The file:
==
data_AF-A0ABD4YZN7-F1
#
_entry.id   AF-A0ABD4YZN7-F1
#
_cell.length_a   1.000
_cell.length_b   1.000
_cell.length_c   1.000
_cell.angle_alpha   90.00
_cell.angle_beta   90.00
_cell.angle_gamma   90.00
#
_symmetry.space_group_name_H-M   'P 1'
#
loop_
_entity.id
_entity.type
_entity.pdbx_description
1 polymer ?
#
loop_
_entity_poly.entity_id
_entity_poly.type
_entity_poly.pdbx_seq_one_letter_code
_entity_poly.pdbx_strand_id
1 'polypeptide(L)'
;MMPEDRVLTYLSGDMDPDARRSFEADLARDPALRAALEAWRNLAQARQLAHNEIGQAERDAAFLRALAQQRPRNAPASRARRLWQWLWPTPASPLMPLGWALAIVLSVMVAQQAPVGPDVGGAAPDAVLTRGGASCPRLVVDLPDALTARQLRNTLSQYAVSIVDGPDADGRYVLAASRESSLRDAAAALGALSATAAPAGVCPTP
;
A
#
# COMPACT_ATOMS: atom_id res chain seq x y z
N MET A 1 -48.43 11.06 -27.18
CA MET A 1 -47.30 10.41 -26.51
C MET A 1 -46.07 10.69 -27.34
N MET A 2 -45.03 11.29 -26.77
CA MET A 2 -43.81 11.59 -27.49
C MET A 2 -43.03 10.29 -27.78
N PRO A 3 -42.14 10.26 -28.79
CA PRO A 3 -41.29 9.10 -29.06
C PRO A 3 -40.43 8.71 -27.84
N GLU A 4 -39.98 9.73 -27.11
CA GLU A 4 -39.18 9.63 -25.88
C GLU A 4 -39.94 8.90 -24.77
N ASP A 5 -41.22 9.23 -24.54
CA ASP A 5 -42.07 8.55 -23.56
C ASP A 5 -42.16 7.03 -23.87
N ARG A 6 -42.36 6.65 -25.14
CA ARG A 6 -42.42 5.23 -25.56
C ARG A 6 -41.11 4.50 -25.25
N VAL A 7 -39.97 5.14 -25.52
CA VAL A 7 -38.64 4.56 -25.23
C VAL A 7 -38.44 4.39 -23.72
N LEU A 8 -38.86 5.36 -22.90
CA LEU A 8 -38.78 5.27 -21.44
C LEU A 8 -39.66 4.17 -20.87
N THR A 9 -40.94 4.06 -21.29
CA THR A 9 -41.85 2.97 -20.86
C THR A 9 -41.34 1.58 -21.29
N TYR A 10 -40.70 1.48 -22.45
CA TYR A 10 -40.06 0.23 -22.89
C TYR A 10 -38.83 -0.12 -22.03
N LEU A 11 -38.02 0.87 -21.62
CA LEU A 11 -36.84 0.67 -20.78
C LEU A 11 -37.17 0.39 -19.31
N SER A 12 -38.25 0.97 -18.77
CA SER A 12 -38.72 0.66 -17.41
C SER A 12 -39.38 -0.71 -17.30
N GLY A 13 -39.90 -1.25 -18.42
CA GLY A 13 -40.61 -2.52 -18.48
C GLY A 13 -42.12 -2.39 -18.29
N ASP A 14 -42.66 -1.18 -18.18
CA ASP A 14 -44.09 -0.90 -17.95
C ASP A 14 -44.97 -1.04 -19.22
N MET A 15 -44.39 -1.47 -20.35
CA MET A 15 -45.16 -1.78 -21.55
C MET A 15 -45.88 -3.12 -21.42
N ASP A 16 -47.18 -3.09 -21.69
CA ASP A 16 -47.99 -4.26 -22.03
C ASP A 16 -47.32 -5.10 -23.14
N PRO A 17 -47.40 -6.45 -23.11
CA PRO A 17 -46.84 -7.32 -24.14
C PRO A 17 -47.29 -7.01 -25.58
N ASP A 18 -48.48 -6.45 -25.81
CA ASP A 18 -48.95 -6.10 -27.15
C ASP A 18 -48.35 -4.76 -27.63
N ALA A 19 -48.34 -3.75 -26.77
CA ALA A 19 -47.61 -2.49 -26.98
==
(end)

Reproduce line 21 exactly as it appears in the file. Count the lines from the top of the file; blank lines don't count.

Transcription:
_entity_poly.entity_id